Article 97(3)(a) of the PSD2 states that the level of risk involved in the service provided is one of the criteria for exempting certain transactions from applying SCA. ACCIE would like to point out the importance of this statement as a vast part of payments in Europe could be classified as low risk transactions. Applying SCA for these transactions is not necessary and would only lead to reduced consumer convenience. In order to ensure the appropriate use of SCA and to prevent a situation where the cure is worse than the disease, it should be allowed to take the risk level of a transaction into account before determining whether SCA should be applied.
The EBA has indicated that it was unable to identify which minimum set of information the RTS should require for a transaction risk analysis to qualify as ground for an exemption. However, ACCIE believes that risk assessment and the application of SCA are inherently linked. Therefore, ACCIE calls on the EBA to develop an independent set of risk assessment criteria in close collaboration with the payment industry and the European Commission. This will enable PSPs to use risk analysis as a determining element on whether to apply SCA, while maintaining fair competition between different payment solutions.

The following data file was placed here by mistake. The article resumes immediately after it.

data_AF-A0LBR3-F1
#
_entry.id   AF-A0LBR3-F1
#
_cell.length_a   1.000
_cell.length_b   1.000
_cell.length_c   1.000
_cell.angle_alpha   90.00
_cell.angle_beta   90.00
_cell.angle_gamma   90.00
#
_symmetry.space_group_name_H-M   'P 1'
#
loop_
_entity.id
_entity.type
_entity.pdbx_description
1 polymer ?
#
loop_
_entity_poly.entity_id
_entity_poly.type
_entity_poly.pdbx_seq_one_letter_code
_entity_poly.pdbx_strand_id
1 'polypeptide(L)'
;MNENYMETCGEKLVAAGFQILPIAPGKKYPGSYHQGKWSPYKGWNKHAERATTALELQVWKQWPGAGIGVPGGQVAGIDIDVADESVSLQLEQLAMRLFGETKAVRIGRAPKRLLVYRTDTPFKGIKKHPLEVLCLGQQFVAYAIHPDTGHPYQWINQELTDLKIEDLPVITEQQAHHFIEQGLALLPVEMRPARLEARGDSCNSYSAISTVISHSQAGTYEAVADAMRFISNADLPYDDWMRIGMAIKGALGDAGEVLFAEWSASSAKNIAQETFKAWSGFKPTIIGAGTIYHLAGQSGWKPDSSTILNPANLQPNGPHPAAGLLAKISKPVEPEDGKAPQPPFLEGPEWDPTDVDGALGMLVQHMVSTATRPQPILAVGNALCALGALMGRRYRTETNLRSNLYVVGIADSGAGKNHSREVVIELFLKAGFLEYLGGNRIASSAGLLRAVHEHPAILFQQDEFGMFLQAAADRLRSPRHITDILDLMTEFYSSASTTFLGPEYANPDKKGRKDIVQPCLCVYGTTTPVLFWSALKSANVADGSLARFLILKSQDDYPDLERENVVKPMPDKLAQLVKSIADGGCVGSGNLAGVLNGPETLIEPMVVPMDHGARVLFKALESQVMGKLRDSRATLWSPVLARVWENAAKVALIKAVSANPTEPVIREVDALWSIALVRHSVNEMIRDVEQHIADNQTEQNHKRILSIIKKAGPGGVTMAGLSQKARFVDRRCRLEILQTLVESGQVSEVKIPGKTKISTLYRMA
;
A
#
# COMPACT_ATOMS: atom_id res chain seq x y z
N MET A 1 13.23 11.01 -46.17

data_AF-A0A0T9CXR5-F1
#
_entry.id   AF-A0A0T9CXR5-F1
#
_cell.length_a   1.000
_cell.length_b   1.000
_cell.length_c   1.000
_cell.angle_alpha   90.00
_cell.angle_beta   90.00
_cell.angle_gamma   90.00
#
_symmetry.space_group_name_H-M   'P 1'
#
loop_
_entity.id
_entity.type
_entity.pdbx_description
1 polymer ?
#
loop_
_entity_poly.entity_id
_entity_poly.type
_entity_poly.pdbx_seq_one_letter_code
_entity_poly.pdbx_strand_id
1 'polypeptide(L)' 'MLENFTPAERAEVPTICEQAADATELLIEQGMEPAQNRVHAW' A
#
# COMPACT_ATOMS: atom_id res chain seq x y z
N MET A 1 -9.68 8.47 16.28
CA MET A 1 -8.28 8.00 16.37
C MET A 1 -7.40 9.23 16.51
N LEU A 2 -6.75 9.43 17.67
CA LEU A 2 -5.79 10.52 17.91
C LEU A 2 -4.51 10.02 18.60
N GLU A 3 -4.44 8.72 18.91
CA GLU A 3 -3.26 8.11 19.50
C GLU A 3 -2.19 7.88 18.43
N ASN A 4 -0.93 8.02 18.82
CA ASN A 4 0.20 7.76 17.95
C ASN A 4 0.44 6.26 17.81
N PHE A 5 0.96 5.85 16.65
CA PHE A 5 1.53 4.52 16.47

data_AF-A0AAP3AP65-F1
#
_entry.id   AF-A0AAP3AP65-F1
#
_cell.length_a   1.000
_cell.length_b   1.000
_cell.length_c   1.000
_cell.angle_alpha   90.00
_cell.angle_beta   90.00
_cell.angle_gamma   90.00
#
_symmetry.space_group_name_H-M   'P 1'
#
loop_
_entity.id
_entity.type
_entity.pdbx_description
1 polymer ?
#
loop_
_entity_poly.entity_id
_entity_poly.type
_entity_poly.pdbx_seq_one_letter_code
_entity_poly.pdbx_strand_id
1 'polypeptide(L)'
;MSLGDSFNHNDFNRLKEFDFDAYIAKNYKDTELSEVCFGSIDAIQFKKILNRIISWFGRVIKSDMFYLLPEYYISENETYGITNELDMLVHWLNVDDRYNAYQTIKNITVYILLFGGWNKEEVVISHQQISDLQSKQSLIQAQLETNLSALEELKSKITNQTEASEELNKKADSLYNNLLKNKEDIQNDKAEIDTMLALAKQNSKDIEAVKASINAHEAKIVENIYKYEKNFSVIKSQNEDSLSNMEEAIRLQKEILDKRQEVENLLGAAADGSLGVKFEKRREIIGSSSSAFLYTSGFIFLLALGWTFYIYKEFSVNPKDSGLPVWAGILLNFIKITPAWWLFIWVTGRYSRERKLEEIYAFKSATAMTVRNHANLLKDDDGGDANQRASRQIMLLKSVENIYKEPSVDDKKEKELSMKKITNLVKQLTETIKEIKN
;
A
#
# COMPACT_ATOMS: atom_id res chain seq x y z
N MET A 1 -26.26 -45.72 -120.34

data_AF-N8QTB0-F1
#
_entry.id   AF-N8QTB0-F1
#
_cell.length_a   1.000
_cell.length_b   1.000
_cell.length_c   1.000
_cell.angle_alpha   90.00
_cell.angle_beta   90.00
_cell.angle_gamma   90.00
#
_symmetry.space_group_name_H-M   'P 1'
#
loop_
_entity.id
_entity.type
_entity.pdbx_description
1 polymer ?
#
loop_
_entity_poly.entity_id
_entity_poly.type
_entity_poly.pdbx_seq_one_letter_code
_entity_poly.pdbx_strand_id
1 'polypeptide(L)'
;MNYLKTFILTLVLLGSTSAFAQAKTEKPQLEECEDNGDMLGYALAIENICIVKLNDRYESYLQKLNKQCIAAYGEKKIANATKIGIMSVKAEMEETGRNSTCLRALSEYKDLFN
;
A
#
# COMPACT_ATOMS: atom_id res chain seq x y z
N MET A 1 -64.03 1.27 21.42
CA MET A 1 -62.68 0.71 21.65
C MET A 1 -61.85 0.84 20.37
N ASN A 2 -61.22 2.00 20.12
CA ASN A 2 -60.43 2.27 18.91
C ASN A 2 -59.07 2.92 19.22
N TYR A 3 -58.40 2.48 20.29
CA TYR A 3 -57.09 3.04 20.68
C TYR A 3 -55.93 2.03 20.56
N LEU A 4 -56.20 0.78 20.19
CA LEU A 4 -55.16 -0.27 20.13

Regarding the exemption listed by the EBA under Article 8(1)(a), the EBA indicated that an exemption from the use of SCA applies when the payer accesses exclusively the information of its payment account online, or the consolidated information on other payment accounts held, without disclosure of sensitive payment data. ACCIE believes this to be a very wide definition since, in almost all cases where customers access their online payment account, this gives them access to sensitive payment data, making this exemption superfluous.
ACCIE strongly believes that PSPs should always have the possibility to apply SCA on transactions that meet the criteria for exemption.
In addition, ACCIE proposes more flexibility regarding the thresholds that are used to determine if an exemption can be applied to a transaction. The current thresholds are set at a very low level and are static. There is no mechanism included to adapt to the rapidly changing payments ecosystem, where technical developments and changes in consumer behaviour and preferences can make the current thresholds outdated. When these thresholds are not up-to-date, they would merely hamper the European payments sector.